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Numerical study on pressure oscillation suppression of low-speed marine engine with in-cylinder direct injection of natural gas
journal contributionposted on 08.01.2020 by Chengwei Yuan, Bo Liu, Xiaoxiao Jiang, Lei Zhou, Rui Chen, Haiqiao Wei
Any type of content formally published in an academic journal, usually following a peer-review process.
Based on the computational fluid dynamics (CFD) software (CONVERGE), the simulation model of a large low-speed two-stroke marine engine in which pilot diesel and natural gas are injected directly in cylinder was established. Validated by the experimental data from the literature, the model was then applied to studying the suppression effect of the Miller cycle and natural gas two-stage injection strategy on the pressure oscillation in high pressure direct injection mode. The calculation results indicated that when the exhaust valve was closed later, the overall combustion pressure was lower, both the combustion phase and the moment of severe pressure oscillation were delayed. The intensity of pressure oscillation was reduced with smaller delay of exhaust valve closing, while it was increased instead with an excessive delay. This was primarily attributed to the competitive relation between in-cylinder thermodynamic state and auto-ignition characteristics of fuel. Adjusting the pre-injection quantity of natural gas would reduce the formation of premixed combustible mixture before combustion, thus reducing the proportion of premixed combustion in the combustion phase, which could effectively suppress pressure oscillation, but could also reduce the output power and increase the fuel consumption. Compared with the pre-injection quantity, varying injection interval has less effect on the pressure oscillation, but the excessive injection interval would affect the combustion phase, resulting in considerable power loss. A reasonable injection strategy can ensure the power output while suppressing intense pressure oscillation.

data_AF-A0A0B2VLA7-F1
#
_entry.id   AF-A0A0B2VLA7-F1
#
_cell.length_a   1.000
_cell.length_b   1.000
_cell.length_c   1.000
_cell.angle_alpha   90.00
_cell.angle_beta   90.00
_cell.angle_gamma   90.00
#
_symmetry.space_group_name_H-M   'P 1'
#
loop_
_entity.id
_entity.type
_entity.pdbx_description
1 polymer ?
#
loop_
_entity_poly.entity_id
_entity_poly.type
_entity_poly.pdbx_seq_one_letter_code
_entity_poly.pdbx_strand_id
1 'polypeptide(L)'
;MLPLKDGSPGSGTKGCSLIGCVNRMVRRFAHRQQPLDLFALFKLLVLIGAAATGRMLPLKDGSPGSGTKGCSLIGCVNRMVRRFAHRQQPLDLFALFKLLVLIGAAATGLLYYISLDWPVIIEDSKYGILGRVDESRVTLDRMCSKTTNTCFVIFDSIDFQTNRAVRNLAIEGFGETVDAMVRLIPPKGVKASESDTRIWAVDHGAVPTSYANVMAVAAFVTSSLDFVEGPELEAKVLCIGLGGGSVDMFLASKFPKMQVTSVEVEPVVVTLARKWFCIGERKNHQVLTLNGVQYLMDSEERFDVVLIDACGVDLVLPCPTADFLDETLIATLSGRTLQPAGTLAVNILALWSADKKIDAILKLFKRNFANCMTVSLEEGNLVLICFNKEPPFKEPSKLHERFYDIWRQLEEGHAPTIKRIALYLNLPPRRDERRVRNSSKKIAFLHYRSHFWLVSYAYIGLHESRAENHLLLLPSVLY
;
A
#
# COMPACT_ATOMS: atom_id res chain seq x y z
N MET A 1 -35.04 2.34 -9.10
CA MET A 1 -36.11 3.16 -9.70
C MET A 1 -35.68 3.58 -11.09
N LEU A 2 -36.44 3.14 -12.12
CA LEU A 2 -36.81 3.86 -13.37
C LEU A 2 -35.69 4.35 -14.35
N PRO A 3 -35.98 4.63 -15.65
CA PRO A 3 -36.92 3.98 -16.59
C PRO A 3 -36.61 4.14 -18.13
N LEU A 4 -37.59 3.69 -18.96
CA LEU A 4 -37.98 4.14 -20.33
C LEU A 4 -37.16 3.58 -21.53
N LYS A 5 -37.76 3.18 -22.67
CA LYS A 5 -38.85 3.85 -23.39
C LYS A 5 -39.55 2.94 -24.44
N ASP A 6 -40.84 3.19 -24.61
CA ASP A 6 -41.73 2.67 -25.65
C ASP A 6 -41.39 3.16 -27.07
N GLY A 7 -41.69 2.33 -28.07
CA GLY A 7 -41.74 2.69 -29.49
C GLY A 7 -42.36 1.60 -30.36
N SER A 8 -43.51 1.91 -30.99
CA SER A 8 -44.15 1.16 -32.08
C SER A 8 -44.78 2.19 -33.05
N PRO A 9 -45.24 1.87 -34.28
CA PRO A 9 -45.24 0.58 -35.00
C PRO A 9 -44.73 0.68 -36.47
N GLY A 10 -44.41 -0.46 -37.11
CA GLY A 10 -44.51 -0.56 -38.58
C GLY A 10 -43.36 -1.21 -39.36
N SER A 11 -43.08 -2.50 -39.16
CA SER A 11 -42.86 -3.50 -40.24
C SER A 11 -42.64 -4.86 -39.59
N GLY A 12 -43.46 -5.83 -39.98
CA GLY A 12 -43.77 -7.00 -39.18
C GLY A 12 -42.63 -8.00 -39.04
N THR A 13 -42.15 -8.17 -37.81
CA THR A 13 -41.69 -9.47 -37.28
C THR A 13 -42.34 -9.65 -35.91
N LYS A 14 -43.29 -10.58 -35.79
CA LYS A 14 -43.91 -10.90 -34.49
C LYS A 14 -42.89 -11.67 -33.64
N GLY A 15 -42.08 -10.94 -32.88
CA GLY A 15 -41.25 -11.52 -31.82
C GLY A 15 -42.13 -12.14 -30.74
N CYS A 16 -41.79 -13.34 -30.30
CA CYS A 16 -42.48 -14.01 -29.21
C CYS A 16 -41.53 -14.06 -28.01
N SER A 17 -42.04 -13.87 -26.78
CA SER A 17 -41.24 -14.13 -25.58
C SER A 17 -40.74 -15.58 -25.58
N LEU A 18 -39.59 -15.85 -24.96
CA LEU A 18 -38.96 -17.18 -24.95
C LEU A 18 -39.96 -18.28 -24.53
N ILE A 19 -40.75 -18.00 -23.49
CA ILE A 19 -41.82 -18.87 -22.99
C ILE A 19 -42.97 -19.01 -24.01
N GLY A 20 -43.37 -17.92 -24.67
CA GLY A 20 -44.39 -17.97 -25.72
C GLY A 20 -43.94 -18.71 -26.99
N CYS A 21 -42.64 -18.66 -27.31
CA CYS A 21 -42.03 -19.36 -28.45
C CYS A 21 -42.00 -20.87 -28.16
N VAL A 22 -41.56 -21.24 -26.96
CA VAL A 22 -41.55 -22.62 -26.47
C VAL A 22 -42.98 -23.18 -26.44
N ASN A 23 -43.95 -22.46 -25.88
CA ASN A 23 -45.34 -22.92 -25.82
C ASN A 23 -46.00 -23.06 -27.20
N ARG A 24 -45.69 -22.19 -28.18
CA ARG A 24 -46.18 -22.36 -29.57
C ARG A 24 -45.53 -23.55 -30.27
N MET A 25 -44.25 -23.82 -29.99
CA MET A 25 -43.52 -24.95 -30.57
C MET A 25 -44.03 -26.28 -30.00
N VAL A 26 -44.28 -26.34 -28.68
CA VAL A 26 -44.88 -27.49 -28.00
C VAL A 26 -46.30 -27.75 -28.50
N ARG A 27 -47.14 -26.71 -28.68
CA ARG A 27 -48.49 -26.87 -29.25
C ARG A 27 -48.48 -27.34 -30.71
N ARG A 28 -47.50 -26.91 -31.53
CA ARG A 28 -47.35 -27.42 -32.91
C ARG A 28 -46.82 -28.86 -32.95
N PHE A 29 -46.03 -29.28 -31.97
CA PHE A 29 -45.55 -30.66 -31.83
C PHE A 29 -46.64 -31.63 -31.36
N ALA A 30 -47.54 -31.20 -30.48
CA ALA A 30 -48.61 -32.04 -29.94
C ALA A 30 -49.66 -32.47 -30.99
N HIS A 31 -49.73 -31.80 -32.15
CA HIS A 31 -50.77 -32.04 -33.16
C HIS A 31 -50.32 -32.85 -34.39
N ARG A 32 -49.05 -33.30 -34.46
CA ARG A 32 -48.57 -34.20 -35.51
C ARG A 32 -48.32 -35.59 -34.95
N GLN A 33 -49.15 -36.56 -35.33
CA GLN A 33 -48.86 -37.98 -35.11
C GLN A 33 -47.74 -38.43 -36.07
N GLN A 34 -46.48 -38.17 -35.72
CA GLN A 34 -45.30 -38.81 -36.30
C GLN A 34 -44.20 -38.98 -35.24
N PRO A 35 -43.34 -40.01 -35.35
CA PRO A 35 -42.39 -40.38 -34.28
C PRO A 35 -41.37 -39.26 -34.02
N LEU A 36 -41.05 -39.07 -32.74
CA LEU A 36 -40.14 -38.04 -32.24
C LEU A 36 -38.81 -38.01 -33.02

Marine Low-Speed Engine Project Phase I (CDGC01-KT0308)
- Aeronautical, Automotive, Chemical and Materials Engineering
- Aeronautical and Automotive Engineering